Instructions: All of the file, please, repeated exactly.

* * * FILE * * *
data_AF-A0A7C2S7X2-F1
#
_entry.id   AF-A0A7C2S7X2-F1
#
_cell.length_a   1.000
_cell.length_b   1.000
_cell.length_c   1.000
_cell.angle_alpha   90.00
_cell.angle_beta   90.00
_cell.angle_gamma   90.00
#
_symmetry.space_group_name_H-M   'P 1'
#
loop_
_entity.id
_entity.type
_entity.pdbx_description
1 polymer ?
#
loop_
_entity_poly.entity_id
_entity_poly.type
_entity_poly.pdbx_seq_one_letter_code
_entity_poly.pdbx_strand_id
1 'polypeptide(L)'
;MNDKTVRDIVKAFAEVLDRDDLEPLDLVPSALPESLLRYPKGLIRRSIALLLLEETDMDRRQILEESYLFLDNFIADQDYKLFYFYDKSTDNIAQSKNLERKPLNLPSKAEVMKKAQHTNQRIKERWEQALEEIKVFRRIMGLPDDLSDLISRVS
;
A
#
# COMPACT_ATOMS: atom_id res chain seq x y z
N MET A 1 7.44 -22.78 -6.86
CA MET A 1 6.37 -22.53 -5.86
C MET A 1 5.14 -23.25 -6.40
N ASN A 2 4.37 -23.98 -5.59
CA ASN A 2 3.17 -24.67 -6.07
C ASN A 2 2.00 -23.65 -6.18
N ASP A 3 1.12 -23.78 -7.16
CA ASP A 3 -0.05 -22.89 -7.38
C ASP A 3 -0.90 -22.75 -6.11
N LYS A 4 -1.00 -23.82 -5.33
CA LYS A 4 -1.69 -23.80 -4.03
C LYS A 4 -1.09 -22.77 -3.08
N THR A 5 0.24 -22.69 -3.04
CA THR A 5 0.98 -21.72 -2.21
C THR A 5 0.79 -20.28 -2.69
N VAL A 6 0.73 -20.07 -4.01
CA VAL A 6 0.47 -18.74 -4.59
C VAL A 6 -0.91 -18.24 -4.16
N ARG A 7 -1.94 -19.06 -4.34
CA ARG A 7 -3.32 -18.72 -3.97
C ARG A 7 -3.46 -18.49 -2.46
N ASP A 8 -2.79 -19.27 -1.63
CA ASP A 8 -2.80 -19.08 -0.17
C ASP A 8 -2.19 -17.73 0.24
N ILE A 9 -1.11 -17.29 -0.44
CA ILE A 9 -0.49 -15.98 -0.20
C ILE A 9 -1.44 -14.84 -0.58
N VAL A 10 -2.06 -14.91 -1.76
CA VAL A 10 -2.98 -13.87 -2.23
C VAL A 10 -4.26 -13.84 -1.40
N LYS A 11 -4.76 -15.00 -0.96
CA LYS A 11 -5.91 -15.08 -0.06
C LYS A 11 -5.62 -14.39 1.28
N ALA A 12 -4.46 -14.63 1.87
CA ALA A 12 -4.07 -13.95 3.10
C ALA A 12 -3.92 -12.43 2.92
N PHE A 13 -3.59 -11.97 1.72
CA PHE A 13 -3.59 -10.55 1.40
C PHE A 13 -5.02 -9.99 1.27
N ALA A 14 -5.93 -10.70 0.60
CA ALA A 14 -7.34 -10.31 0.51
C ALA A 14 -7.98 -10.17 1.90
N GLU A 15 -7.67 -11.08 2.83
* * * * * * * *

data_AF-A0A7C2S7X2-F1
#
_entry.id   AF-A0A7C2S7X2-F1
#
_cell.length_a   1.000
_cell.length_b   1.000
_cell.length_c   1.000
_cell.angle_alpha   90.00
_cell.angle_beta   90.00
_cell.angle_gamma   90.00
#
_symmetry.space_group_name_H-M   'P 1'
#
loop_
_entity.id
_entity.type
_entity.pdbx_description
1 polymer ?
#
loop_
_entity_poly.entity_id
_entity_poly.type
_entity_poly.pdbx_seq_one_letter_code
_entity_poly.pdbx_strand_id
1 'polypeptide(L)'
;MNDKTVRDIVKAFAEVLDRDDLEPLDLVPSALPESLLRYPKGLIRRSIALLLLEETDMDRRQILEESYLFLDNFIADQDYKLFYFYDKSTDNIAQSKNLERKPLNLPSKAEVMKKAQHTNQRIKERWEQALEEIKVFRRIMGLPDDLSDLISRVS
;
A
#
# COMPACT_ATOMS: atom_id res chain seq x y z
N MET A 1 7.44 -22.78 -6.86
CA MET A 1 6.37 -22.53 -5.86
C MET A 1 5.14 -23.25 -6.40
N ASN A 2 4.37 -23.98 -5.59
CA ASN A 2 3.17 -24.67 -6.07
C ASN A 2 2.00 -23.65 -6.18
N ASP A 3 1.12 -23.78 -7.16
CA ASP A 3 -0.05 -22.89 -7.38
C ASP A 3 -0.90 -22.75 -6.11
N LYS A 4 -1.00 -23.82 -5.33
CA LYS A 4 -1.69 -23.80 -4.03
C LYS A 4 -1.09 -22.77 -3.08
N THR A 5 0.24 -22.69 -3.04
CA THR A 5 0.98 -21.72 -2.21
C THR A 5 0.79 -20.28 -2.69
N VAL A 6 0.73 -20.07 -4.01
CA VAL A 6 0.47 -18.74 -4.59
C VAL A 6 -0.91 -18.24 -4.16
N ARG A 7 -1.94 -19.06 -4.34
CA ARG A 7 -3.32 -18.72 -3.97
C ARG A 7 -3.46 -18.49 -2.46
N ASP A 8 -2.79 -19.27 -1.63
CA ASP A 8 -2.80 -19.08 -0.17
C ASP A 8 -2.19 -17.73 0.24
N ILE A 9 -1.11 -17.29 -0.44
CA ILE A 9 -0.49 -15.98 -0.20
C ILE A 9 -1.44 -14.84 -0.58
N VAL A 10 -2.06 -14.91 -1.76
CA VAL A 10 -2.98 -13.87 -2.23
C VAL A 10 -4.26 -13.84 -1.40
N LYS A 11 -4.76 -15.00 -0.96
CA LYS A 11 -5.91 -15.08 -0.06
C LYS A 11 -5.62 -14.39 1.28
N ALA A 12 -4.46 -14.63 1.87
CA ALA A 12 -4.07 -13.95 3.10
C ALA A 12 -3.92 -12.43 2.92
N PHE A 13 -3.59 -11.97 1.72
CA PHE A 13 -3.59 -10.55 1.40
C PHE A 13 -5.02 -9.99 1.27
N ALA A 14 -5.93 -10.70 0.60
CA ALA A 14 -7.34 -10.31 0.51
C ALA A 14 -7.98 -10.17 1.90
N GLU A 15 -7.67 -11.08 2.83